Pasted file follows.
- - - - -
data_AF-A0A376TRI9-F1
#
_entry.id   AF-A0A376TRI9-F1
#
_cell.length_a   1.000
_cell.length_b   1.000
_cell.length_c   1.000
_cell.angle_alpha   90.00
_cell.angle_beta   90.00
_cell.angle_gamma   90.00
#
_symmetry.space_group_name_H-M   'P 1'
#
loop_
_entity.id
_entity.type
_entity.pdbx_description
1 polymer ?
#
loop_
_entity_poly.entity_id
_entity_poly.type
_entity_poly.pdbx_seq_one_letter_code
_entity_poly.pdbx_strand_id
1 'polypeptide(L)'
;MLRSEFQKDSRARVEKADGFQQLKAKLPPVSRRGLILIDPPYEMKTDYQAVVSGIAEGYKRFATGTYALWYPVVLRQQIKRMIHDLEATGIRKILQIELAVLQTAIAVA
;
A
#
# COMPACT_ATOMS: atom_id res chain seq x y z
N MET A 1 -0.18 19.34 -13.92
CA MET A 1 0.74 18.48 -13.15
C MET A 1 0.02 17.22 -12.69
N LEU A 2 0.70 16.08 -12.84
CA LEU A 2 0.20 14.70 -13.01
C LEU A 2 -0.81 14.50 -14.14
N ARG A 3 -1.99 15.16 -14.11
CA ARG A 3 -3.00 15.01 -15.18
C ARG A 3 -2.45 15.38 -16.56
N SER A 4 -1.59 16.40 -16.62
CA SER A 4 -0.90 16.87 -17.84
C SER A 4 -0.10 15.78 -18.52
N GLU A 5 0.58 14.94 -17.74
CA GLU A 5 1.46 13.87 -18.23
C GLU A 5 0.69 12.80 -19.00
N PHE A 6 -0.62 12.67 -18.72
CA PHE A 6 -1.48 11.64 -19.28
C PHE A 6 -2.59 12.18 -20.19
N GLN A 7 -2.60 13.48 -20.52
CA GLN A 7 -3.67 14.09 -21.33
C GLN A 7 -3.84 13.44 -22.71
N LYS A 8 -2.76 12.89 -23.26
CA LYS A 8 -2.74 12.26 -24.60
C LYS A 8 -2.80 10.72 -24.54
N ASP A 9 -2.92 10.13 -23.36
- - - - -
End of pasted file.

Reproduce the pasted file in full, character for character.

data_AF-A0A376TRI9-F1
#
_entry.id   AF-A0A376TRI9-F1
#
_cell.length_a   1.000
_cell.length_b   1.000
_cell.length_c   1.000
_cell.angle_alpha   90.00
_cell.angle_beta   90.00
_cell.angle_gamma   90.00
#
_symmetry.space_group_name_H-M   'P 1'
#
loop_
_entity.id
_entity.type
_entity.pdbx_description
1 polymer ?
#
loop_
_entity_poly.entity_id
_entity_poly.type
_entity_poly.pdbx_seq_one_letter_code
_entity_poly.pdbx_strand_id
1 'polypeptide(L)'
;MLRSEFQKDSRARVEKADGFQQLKAKLPPVSRRGLILIDPPYEMKTDYQAVVSGIAEGYKRFATGTYALWYPVVLRQQIKRMIHDLEATGIRKILQIELAVLQTAIAVA
;
A
#
# COMPACT_ATOMS: atom_id res chain seq x y z
N MET A 1 -0.18 19.34 -13.92
CA MET A 1 0.74 18.48 -13.15
C MET A 1 0.02 17.22 -12.69
N LEU A 2 0.70 16.08 -12.84
CA LEU A 2 0.20 14.70 -13.01
C LEU A 2 -0.81 14.50 -14.14
N ARG A 3 -1.99 15.16 -14.11
CA ARG A 3 -3.00 15.01 -15.18
C ARG A 3 -2.45 15.38 -16.56
N SER A 4 -1.59 16.40 -16.62
CA SER A 4 -0.90 16.87 -17.84
C SER A 4 -0.10 15.78 -18.52
N GLU A 5 0.58 14.94 -17.74
CA GLU A 5 1.46 13.87 -18.23
C GLU A 5 0.69 12.80 -19.00
N PHE A 6 -0.62 12.67 -18.72
CA PHE A 6 -1.48 11.64 -19.28
C PHE A 6 -2.59 12.18 -20.19
N GLN A 7 -2.60 13.48 -20.52
CA GLN A 7 -3.67 14.09 -21.33
C GLN A 7 -3.84 13.44 -22.71
N LYS A 8 -2.76 12.89 -23.26
CA LYS A 8 -2.74 12.26 -24.60
C LYS A 8 -2.80 10.72 -24.54
N ASP A 9 -2.92 10.13 -23.36